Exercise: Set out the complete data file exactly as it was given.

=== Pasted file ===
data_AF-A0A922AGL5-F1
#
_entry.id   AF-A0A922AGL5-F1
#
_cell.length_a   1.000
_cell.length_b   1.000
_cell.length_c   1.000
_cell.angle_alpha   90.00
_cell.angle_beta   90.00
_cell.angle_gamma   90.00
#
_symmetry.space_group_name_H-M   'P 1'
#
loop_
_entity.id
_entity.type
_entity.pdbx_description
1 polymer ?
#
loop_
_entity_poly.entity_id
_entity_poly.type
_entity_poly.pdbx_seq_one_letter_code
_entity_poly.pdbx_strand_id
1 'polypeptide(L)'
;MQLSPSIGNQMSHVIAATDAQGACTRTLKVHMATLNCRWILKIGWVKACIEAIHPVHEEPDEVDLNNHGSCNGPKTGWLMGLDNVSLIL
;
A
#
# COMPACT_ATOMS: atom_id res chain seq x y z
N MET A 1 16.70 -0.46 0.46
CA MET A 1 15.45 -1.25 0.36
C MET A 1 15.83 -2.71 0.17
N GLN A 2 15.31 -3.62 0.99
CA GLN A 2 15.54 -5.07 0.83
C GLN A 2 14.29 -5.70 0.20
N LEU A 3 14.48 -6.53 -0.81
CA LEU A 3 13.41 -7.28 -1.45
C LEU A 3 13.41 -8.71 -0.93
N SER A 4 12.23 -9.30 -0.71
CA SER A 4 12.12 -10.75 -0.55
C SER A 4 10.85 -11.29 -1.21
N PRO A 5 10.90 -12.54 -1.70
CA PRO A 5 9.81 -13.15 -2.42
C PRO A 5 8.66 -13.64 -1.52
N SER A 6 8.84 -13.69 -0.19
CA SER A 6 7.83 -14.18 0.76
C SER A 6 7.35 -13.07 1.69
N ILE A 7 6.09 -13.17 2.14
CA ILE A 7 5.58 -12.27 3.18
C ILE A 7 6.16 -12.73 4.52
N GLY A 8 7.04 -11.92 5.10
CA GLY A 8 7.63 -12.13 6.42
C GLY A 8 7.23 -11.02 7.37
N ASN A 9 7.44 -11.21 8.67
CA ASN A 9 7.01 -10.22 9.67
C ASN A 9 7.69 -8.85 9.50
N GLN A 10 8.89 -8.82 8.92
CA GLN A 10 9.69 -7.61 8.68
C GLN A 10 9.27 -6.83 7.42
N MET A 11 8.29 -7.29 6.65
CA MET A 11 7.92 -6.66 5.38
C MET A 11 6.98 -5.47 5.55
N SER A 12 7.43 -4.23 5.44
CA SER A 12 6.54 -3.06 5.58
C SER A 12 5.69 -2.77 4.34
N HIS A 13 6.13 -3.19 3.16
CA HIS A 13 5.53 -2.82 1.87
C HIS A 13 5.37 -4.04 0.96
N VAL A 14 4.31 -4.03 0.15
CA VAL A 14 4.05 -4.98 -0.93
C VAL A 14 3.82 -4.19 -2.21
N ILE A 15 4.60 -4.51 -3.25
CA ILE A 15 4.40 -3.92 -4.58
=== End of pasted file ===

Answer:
data_AF-A0A922AGL5-F1
#
_entry.id   AF-A0A922AGL5-F1
#
_cell.length_a   1.000
_cell.length_b   1.000
_cell.length_c   1.000
_cell.angle_alpha   90.00
_cell.angle_beta   90.00
_cell.angle_gamma   90.00
#
_symmetry.space_group_name_H-M   'P 1'
#
loop_
_entity.id
_entity.type
_entity.pdbx_description
1 polymer ?
#
loop_
_entity_poly.entity_id
_entity_poly.type
_entity_poly.pdbx_seq_one_letter_code
_entity_poly.pdbx_strand_id
1 'polypeptide(L)'
;MQLSPSIGNQMSHVIAATDAQGACTRTLKVHMATLNCRWILKIGWVKACIEAIHPVHEEPDEVDLNNHGSCNGPKTGWLMGLDNVSLIL
;
A
#
# COMPACT_ATOMS: atom_id res chain seq x y z
N MET A 1 16.70 -0.46 0.46
CA MET A 1 15.45 -1.25 0.36
C MET A 1 15.83 -2.71 0.17
N GLN A 2 15.31 -3.62 0.99
CA GLN A 2 15.54 -5.07 0.83
C GLN A 2 14.29 -5.70 0.20
N LEU A 3 14.48 -6.53 -0.81
CA LEU A 3 13.41 -7.28 -1.45
C LEU A 3 13.41 -8.71 -0.93
N SER A 4 12.23 -9.30 -0.71
CA SER A 4 12.12 -10.75 -0.55
C SER A 4 10.85 -11.29 -1.21
N PRO A 5 10.90 -12.54 -1.70
CA PRO A 5 9.81 -13.15 -2.42
C PRO A 5 8.66 -13.64 -1.52
N SER A 6 8.84 -13.69 -0.19
CA SER A 6 7.83 -14.18 0.76
C SER A 6 7.35 -13.07 1.69
N ILE A 7 6.09 -13.17 2.14
CA ILE A 7 5.58 -12.27 3.18
C ILE A 7 6.16 -12.73 4.52
N GLY A 8 7.04 -11.92 5.10
CA GLY A 8 7.63 -12.13 6.42
C GLY A 8 7.23 -11.02 7.37
N ASN A 9 7.44 -11.21 8.67
CA ASN A 9 7.01 -10.22 9.67
C ASN A 9 7.69 -8.85 9.50
N GLN A 10 8.89 -8.82 8.92
CA GLN A 10 9.69 -7.61 8.68
C GLN A 10 9.27 -6.83 7.42
N MET A 11 8.29 -7.29 6.65
CA MET A 11 7.92 -6.66 5.38
C MET A 11 6.98 -5.47 5.55
N SER A 12 7.43 -4.23 5.44
CA SER A 12 6.54 -3.06 5.58
C SER A 12 5.69 -2.77 4.34
N HIS A 13 6.13 -3.19 3.16
CA HIS A 13 5.53 -2.82 1.87
C HIS A 13 5.37 -4.04 0.96
N VAL A 14 4.31 -4.03 0.15
CA VAL A 14 4.05 -4.98 -0.93
C VAL A 14 3.82 -4.19 -2.21
N ILE A 15 4.60 -4.51 -3.25
CA ILE A 15 4.40 -3.92 -4.58